Warning: There are some spoilers!
I'm really enjoying this new genre that's popping up (Is it a new genre? it's probably not new at all and I'm just late to the game...) -- the "Oh hey, the video game I like is actually real" genre. I read Warcross earlier this year (really enjoyed it) and Otherworld plays into some of those same tropes as well.
Otherworld presents some intriguing ideas...what if your favorite MMORPG game (anybody for World of Warcraft?) was revamped to allow for VR headsets? What if the AI in the game becomes sentient? What constitutes "life"? I think these questions raised by Otherworld are the shining moments of the book and I wish more time was spent diving into them. The Children were a fascinating subset of characters that I feel we barely scratched the surface on. I think we will encounter them in future books...but I wish more time was spent fleshing out their dilemma and their origins.
If you've played any MMORPGs before you will probably appreciate the various realms within Otherworld. I chuckled at Mammon which translates to anyone who is interested in inventory management and wealth accumulation in game (*cough* me *cough*). The jungle realm is essentially one big PvP arena. And the list goes on. Fun little nods to those types of players who play MMORPGs.
The book is dragged down somewhat by typical young adult characters. We have the rebellious teenage boy who is just "misunderstood" by his out of touch family. We have the damsel in distress...but not too much distress...that the boy is trying to rescue. Evil parents - either through deliberate maliciousness or being out of touch - make regular appearances as well. The characters seem a bit flat in light of the Otherworld backdrop.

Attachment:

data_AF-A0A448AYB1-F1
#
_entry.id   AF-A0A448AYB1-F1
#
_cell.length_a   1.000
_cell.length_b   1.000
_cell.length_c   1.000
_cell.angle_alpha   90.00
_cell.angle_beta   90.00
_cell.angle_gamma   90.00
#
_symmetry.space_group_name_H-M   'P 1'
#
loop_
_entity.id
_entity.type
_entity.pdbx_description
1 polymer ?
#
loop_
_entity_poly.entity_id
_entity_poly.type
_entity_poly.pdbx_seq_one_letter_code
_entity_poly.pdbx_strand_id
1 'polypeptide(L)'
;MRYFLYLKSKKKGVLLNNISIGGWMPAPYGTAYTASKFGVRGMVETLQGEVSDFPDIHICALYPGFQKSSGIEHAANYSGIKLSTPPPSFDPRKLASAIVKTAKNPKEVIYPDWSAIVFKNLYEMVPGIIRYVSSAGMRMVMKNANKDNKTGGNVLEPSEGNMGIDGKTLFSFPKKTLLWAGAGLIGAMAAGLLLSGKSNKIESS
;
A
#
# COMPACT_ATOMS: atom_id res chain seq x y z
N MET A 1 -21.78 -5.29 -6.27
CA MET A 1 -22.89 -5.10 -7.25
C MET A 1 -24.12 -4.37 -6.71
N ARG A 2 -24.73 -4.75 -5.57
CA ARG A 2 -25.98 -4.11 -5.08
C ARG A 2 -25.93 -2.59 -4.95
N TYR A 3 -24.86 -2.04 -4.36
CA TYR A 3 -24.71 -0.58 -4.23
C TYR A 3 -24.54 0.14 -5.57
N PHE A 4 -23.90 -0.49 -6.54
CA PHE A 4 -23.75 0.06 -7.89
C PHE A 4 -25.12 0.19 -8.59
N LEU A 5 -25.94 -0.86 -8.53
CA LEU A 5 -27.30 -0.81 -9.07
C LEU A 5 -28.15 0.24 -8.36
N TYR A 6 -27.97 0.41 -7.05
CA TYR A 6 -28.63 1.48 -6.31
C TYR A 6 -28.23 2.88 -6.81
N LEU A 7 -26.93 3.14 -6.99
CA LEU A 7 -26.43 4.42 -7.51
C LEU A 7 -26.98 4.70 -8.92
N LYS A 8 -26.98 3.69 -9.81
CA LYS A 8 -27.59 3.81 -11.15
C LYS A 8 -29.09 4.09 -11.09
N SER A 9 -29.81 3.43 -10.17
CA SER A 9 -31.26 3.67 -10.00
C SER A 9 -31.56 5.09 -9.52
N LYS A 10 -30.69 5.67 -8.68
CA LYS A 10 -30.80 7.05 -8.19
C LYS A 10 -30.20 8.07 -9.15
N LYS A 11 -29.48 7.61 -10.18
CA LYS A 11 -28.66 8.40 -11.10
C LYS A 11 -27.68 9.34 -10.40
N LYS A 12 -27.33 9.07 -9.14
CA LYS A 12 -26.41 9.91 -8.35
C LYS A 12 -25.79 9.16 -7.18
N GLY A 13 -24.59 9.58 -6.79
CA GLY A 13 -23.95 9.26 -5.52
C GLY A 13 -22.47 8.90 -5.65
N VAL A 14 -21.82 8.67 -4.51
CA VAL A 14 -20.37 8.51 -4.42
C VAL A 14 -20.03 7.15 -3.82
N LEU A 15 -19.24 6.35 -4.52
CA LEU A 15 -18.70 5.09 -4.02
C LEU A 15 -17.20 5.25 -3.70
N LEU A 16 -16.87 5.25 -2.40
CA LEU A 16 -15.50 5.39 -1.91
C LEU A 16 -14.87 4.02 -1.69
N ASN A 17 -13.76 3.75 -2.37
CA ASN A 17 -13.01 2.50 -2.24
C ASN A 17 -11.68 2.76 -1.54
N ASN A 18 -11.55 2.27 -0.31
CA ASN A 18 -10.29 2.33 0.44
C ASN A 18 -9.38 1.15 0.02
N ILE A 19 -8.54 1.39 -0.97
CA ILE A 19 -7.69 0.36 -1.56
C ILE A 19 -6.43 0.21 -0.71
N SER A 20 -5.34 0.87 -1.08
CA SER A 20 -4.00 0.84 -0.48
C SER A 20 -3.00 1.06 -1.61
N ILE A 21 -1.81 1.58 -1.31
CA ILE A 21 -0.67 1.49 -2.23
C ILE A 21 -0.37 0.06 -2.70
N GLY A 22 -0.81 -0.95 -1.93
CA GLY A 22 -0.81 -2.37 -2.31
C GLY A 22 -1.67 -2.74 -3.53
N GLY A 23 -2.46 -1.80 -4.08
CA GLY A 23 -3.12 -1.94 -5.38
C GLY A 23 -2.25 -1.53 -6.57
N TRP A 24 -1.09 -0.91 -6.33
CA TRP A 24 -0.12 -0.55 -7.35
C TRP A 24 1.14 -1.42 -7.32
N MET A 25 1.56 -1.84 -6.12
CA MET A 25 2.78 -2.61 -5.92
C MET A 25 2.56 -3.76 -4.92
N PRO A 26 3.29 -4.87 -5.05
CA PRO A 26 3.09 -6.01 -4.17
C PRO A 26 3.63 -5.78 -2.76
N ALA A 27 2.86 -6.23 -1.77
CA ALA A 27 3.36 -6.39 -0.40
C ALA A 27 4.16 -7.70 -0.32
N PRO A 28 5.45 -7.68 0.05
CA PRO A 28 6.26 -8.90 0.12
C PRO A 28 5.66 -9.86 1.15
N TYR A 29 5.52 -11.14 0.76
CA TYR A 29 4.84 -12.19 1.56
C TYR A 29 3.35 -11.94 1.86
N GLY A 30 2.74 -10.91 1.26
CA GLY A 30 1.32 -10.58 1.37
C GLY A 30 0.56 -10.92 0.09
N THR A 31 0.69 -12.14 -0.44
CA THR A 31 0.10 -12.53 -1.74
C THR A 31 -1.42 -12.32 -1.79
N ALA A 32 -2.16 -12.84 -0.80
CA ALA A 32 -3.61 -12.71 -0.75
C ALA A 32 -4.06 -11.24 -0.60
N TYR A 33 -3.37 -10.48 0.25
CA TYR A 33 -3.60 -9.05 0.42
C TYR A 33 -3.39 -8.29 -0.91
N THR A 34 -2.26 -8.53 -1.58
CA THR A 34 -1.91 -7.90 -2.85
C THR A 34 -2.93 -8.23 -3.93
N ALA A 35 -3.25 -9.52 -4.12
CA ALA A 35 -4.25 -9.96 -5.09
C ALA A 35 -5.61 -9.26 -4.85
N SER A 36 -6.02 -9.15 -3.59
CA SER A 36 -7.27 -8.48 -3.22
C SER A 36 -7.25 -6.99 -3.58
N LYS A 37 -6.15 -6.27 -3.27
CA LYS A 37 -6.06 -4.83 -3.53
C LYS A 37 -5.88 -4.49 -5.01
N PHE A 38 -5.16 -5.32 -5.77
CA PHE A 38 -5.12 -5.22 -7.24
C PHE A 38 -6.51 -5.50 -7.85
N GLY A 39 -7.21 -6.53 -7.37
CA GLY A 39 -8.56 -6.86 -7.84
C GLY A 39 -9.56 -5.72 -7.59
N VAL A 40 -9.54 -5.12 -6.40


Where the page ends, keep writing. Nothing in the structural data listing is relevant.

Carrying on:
I had one big issue with the book's plotting (spoiler ahead!): We spend most of the book trying to find Kat...where has Kat gone...how do we meet her at the Glacier...where is Kat...etc... Then Simon plugs back in at one point and -BAM- there's Kat. She's just...there. I remember feeling really irritated when I read that. We just spent 2/3 of the book on a search for Kat and there's no reward for it. He plugs back in and she's just there whispering to him to wake up in Otherworld? How...anticlimactic. I wanted more from their reunion...more from Simon finally catching up with Kat. It felt like it kind of fizzled.
I was rather let down by the ending as well. I thought it was a solid build up with a decent plot (despite the flat characters) only to have a trite and forecasted young adult ending. I also think the story was designed to leave on a cliffhanger and anxious for the next book, but I did not really find it so. I re-read the last few paragraphs just trying to see if I missed the big cliffhanger...but didn't see anything indicating a cliffhanger. It almost ends like the end of a chapter rather than the end of the book.
This one is falls between a 3.0 and a 3.5 in my opinion. I originally rated it a 4 star read, but after more consideration I just find that the characters and the rather "meh" ending knocks it down a peg. I still really enjoyed the book and I think this series has potential - especially as we dive into the questions that the Otherworld raises. As the series moves forward I do hope that the main characters of the story become as multi-faceted as the AI characters who dwell in Otherworld